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There Is An Empty Seat Around the Dinner Table And I Couldn't Be Happier

Despite the positive start to the new season, restlessness and disappointment reign sovereign in the mind of this Juventino. The "Income" column of the club's financial statement is still 443.7 million Euros short, money that would not only easily suffice to buy out the 36 million Euro minimum fee release clause on Fernando Llorente's current contract once a month for the next calendar year, but Jose Urrutia himself, as well. With Elia's tribune seat of last season being permanently taken by a(n) Nicklas Bendtner unfortunate soul belied into paying the season ticket fee to watch players Juventus would face trouble buying even in Football Manager (don't worry, I Ain't Mad at Cha, Beppe), Urrutia could safely accommodate himself on the bench somewhere between Rubinho and Padoin. They made these things longer for a reason, after all.

30 Sul Campo continues to have an asphyxiating grasp at first place in the "Most Original Pointless Point-Making Statement in the History of Italian Football" contest. Word around Serie A holds that Juventus ownership plans to sulk, stick out its tongue to the annoying FIGC bully all while taking its ball and running home as a follow-up. The ultimate playground disinfecting tactic.

Oh, Zdenek Zeman is somehow still deemed sane enough to hold down a coaching job in Serie A, too.

These are not the principal causes of my frustration, however. The aforementioned are the bright lights to the pre-existing pounding migraine. A migraine that goes by the Court of Appeals-upheld 10 month long suspension of Antonio Conte and the nonsensical, enraging yet disarming events that have characterized the last month of the case.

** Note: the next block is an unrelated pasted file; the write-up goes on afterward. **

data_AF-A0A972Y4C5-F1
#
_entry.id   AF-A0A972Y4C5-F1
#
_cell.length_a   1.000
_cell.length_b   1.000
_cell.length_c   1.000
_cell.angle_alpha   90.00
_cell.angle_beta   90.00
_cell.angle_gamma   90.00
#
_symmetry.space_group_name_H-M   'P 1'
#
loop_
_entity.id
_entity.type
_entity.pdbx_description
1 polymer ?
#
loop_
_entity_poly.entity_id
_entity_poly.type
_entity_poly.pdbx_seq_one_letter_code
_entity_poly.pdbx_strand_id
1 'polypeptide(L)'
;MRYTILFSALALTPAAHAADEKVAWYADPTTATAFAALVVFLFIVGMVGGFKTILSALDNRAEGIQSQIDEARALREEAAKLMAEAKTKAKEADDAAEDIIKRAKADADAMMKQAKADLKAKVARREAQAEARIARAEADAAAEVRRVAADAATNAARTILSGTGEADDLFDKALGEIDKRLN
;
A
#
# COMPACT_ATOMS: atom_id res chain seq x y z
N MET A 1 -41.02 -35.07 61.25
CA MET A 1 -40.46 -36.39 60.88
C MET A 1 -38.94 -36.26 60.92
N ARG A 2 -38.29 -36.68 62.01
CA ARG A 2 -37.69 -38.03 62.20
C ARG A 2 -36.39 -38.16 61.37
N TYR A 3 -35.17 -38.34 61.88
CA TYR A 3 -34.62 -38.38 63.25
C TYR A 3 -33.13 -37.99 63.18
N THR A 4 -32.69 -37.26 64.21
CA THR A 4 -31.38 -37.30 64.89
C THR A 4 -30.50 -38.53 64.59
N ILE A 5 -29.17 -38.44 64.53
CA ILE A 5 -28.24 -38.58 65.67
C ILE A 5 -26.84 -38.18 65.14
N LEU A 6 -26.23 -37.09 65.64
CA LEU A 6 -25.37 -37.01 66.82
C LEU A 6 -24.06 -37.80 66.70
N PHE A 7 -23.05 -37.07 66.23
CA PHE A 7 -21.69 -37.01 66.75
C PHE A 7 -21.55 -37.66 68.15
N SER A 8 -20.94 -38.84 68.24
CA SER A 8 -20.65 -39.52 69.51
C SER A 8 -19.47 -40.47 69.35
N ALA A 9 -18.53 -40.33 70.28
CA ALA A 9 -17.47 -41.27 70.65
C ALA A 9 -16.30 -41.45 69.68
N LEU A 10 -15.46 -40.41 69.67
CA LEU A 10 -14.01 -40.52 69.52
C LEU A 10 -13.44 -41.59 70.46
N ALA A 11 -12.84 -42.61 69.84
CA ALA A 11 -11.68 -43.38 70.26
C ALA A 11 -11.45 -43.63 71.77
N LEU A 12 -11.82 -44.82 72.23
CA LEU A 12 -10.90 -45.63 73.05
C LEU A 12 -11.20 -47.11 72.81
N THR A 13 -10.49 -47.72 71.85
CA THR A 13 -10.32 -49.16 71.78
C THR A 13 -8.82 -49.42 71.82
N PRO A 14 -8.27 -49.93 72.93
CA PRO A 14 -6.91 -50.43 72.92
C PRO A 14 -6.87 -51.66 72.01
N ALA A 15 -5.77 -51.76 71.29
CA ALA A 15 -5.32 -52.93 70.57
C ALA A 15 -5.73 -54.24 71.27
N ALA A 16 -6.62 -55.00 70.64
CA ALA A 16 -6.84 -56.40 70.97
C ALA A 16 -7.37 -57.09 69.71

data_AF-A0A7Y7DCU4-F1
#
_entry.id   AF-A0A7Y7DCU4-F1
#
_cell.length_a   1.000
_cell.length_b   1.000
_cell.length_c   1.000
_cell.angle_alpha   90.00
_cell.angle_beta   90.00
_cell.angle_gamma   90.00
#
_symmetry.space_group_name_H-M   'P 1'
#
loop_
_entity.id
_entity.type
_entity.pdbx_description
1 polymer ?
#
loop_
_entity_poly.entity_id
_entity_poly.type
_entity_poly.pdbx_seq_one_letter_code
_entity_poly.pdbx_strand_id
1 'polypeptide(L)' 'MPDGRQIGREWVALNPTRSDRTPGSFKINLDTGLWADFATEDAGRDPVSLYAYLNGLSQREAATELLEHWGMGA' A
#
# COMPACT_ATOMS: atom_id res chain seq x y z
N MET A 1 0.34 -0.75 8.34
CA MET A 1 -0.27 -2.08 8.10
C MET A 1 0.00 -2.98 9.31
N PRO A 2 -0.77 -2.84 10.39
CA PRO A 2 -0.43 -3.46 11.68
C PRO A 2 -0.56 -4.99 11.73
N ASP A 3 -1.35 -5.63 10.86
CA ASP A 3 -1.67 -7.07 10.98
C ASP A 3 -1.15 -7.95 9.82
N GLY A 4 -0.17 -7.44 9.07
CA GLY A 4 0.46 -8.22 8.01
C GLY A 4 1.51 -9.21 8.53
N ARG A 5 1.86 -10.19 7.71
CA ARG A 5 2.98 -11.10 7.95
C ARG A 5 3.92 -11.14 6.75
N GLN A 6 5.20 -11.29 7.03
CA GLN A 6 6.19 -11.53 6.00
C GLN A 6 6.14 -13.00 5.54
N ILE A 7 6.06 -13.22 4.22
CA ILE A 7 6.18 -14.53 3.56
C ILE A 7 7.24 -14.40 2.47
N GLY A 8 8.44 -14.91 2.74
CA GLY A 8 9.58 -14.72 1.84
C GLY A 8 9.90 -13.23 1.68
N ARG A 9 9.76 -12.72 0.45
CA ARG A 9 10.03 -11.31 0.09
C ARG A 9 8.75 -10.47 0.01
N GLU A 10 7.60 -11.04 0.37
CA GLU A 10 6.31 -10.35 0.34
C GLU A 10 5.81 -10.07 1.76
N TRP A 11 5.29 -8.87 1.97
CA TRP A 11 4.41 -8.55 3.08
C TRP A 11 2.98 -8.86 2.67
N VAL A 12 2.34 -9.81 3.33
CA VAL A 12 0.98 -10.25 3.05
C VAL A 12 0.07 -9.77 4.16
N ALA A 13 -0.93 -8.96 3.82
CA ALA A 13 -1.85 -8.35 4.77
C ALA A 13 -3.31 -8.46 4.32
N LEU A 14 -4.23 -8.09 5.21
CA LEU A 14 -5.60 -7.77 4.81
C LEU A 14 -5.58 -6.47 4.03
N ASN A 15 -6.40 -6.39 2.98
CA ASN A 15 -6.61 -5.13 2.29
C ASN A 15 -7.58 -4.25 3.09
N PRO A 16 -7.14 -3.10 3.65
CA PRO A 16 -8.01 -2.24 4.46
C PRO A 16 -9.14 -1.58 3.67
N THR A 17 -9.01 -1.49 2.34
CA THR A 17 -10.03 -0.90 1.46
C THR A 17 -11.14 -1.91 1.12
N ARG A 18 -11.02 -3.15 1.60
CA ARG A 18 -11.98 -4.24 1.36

But it's not all sour grapes, as the resignation of Michele Briamonte from the Juventus Board of Administrators has proven to be a much needed breath of fresh air.

Let me start off by saying that Briamonte, as an attorney, is most definitely qualified. Although only 34, the CV of his present on the EXOR press release dated October 10th, 2010 in regards to his initial introduction into the Juventus Administrative Board and his profile on the Corporate Information section on the club's website are impressive: Turin boy, graduated from the University of Turin's law program with first-class honors, Visiting Scholar at the Cornell Law School, chosen by the International Olympic Committee as patronage lawyer for the 2006 Turin Winter Olympic Games, all while being part of the Franzo Grande Stevens law firm since he was 23 and a partner since he was 29.

Throughout the nearly two year period Briamonte spent as one of the 11 members of the Juventus Board of Administrators, he became a prominent figure thanks to his role as the one to direct the Juventus Calciopoli-related legal proceedings against FIGC in the summer of 2011. Although he's not at much fault for the club having yet to receive a single cent in regards to the former issue, the club is yet to receive a single cent in regards to the former issue. During his tenure, Briamonte was also the club's FIGC representative member in the discussions for the collective bargaining agreement and the league tv rights revenue sharing contract.

More recently, the attorney played an important duty as a consultant to the club and Antonio Conte ahead of il Mister's trial court appearance. While not the sole legal adviser at both Juventus and Conte's disposal, Michele Briamonte was heralded as the architect behind Conte's initial Code of Sporting Justice Article 23 strategy. Under Briamonte's guidance, the Juventus head coach was to follow the path one of Antonio Conte's virtues would seemingly never opt to take on: come to terms with those accusing him and end the proceedings against him without admission of wrongdoing in hopes of a reduced sanction.